1-Minute Strategies: March ’11 — Business Management Daily: Free Reports on Human Resources, Employment Law, Office Management, Office Communication, Office Technology and Small Business Tax Business Management Daily
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1-Minute Strategies: March ’11

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in HR Management,Human Resources

Keep the size of a PowerPoint file low with these three tactics: (1) Choose a smaller file format for graphics, such as JPEG rather than TIFF; (2) ungroup and regroup objects such as graphics and embedded spreadsheets; and (3) don’t allow Fast Saves, which can inflate the file size.

Put a halt to communication overload by limiting the number of people you add to any group or process. Every additional person adds complexity and reduces productivity—since with every comment comes additional responses. Reconsider every individual you add to an e-mail’s “cc” line.

Give your goal a fighting chance by writing down one key objective and three tangible results you’ll achieve from it, says Charlie Judy on HRFishbowl.com. Simplicity is key: “It fits on a quarter of a page, it’s fewer than 75 words, and it’s something you can sink your teeth into.”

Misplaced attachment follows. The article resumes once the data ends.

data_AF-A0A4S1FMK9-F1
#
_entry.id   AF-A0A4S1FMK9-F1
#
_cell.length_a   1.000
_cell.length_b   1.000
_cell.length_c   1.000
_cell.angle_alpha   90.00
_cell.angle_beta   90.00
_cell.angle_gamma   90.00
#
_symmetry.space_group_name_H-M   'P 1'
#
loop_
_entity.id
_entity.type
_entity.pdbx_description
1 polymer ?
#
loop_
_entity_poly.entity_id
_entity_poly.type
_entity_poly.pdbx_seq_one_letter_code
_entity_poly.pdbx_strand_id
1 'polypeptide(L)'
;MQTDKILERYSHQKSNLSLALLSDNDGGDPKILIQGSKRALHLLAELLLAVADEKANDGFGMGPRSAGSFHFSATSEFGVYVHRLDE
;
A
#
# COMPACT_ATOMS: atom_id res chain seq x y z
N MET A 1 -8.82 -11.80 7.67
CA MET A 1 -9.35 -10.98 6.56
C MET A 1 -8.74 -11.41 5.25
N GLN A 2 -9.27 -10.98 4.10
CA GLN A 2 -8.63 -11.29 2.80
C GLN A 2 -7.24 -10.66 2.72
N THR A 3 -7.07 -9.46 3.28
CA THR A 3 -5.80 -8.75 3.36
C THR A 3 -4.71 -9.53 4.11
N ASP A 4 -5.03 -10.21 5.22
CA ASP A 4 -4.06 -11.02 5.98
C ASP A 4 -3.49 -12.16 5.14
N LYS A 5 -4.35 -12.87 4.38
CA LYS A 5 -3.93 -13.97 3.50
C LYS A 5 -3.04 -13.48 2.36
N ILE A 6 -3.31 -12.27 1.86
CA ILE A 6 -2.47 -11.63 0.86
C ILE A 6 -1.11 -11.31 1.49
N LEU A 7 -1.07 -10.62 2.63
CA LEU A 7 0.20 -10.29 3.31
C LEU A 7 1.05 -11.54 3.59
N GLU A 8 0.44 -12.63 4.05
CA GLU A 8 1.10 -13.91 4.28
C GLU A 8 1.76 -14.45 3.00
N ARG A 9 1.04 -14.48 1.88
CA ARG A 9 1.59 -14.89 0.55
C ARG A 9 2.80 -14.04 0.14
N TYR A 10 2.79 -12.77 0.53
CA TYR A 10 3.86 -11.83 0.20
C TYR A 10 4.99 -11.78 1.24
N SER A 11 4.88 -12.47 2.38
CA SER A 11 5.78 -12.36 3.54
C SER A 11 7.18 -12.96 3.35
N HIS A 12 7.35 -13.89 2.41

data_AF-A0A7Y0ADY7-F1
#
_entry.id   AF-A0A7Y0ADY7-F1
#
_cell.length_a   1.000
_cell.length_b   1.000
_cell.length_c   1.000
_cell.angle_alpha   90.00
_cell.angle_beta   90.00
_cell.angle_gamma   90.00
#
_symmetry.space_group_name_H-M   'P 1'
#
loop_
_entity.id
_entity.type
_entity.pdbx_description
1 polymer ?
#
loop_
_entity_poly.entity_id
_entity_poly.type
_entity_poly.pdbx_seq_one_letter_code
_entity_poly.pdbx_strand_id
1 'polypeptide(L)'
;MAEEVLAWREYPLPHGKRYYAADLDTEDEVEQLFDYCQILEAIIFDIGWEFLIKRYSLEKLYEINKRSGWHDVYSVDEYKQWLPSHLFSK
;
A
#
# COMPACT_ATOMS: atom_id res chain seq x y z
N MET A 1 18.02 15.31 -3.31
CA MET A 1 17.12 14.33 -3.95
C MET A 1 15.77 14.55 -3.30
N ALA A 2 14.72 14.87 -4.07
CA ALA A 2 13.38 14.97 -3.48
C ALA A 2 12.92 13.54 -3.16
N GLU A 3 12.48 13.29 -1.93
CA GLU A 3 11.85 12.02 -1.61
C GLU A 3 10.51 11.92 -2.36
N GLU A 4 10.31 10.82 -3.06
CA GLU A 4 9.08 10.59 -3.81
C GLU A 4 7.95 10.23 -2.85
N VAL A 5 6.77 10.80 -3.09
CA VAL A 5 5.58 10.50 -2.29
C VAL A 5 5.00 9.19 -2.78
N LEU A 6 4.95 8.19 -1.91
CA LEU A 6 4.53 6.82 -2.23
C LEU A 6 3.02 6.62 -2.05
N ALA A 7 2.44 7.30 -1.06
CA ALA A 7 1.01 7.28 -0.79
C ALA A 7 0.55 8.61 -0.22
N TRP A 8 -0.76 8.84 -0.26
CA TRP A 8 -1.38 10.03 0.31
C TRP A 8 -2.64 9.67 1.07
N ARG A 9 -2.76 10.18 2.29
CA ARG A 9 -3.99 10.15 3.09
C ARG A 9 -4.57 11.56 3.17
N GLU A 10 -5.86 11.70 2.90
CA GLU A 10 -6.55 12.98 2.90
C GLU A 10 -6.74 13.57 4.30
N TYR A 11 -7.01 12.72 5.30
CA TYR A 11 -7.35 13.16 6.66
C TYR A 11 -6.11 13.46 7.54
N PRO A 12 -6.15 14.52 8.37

Customize the toolbar of your web browser, so handy little functions—such as “E-mail this page”—appear as icons across the top. To see what functions or options are available, right-click or Control-click somewhere at the top of your Firefox, Internet Explorer or Safari window, in the gray area of the browser. You’ll see a pop-up box listing customization options.

Calm public-speaking jitters with this tip from Christopher Willard, a staff psychologist at Tufts University who specializes in treating anxiety: Prepare. Rehearse with a friend or in the mirror. Write on your notes things like “take a deep breath here” or “pause and feel your feet on the ground beneath you,” he tells The New York Times. Those reality-based notes will distract you from negative thoughts.

Let your boss handle his own tweeting. With more CEOs tweeting, your boss may be tempted to get his own Twitter handle. Caution: When employees tweet on behalf of the boss, “it runs the risk of coming across phony,” says Reid Carr of Red Door Interactive. Instead, steer him toward simple tweeting strategies.

Make sure your e-mail messages aren’t misinterpreted by giving yourself an emotional-intelligence safety net, using Tone Check (tonecheck.com) plug-in software. It flags unintended emotion or tone as you draft e-mail messages, then suggests ways for you to rewrite them. (The Journal of Personality and Social Psychology reports that e-mail messages are interpreted incorrectly 50% of the time.)

Team up with your boss to maintain strong connections with strategic partners. Example: The executive assistant to restaurateur Danny Meyer of Union Square Hospitality Group helps him check the online reservation system daily to see who will be visiting one of the restaurants each day. Meyer jots down a quick note to say hello and thanks. “The less time I have to do something, the more important it is to do it,” he says, “because the more meaning it will have to somebody.”

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